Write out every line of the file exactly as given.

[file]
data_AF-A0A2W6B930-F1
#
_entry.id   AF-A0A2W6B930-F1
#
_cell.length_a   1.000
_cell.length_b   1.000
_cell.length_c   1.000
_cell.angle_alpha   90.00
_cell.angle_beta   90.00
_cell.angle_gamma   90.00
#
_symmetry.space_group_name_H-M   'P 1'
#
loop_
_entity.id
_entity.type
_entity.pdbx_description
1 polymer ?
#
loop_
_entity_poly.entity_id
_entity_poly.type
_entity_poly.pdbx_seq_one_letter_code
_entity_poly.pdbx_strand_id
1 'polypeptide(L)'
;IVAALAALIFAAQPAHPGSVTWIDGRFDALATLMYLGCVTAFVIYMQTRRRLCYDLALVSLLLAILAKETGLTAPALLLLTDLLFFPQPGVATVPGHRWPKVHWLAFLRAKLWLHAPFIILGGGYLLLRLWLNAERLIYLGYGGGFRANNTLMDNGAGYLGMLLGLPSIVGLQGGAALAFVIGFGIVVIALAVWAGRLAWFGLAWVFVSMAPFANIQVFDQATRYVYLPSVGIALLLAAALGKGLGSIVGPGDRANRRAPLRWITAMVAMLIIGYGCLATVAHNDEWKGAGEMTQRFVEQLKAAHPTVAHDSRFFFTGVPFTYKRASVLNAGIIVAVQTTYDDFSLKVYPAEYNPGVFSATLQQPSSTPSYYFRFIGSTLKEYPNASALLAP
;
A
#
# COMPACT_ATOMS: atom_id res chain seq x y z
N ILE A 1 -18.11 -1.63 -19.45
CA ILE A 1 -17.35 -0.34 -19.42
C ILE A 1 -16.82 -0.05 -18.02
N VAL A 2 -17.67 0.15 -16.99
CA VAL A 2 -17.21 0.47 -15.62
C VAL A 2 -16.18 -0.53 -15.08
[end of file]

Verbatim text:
data_AF-A0A2W6B930-F1
#
_entry.id   AF-A0A2W6B930-F1
#
_cell.length_a   1.000
_cell.length_b   1.000
_cell.length_c   1.000
_cell.angle_alpha   90.00
_cell.angle_beta   90.00
_cell.angle_gamma   90.00
#
_symmetry.space_group_name_H-M   'P 1'
#
loop_
_entity.id
_entity.type
_entity.pdbx_description
1 polymer ?
#
loop_
_entity_poly.entity_id
_entity_poly.type
_entity_poly.pdbx_seq_one_letter_code
_entity_poly.pdbx_strand_id
1 'polypeptide(L)'
;IVAALAALIFAAQPAHPGSVTWIDGRFDALATLMYLGCVTAFVIYMQTRRRLCYDLALVSLLLAILAKETGLTAPALLLLTDLLFFPQPGVATVPGHRWPKVHWLAFLRAKLWLHAPFIILGGGYLLLRLWLNAERLIYLGYGGGFRANNTLMDNGAGYLGMLLGLPSIVGLQGGAALAFVIGFGIVVIALAVWAGRLAWFGLAWVFVSMAPFANIQVFDQATRYVYLPSVGIALLLAAALGKGLGSIVGPGDRANRRAPLRWITAMVAMLIIGYGCLATVAHNDEWKGAGEMTQRFVEQLKAAHPTVAHDSRFFFTGVPFTYKRASVLNAGIIVAVQTTYDDFSLKVYPAEYNPGVFSATLQQPSSTPSYYFRFIGSTLKEYPNASALLAP
;
A
#
# COMPACT_ATOMS: atom_id res chain seq x y z
N ILE A 1 -18.11 -1.63 -19.45
CA ILE A 1 -17.35 -0.34 -19.42
C ILE A 1 -16.82 -0.05 -18.02
N VAL A 2 -17.67 0.15 -16.99
CA VAL A 2 -17.21 0.47 -15.62
C VAL A 2 -16.18 -0.53 -15.08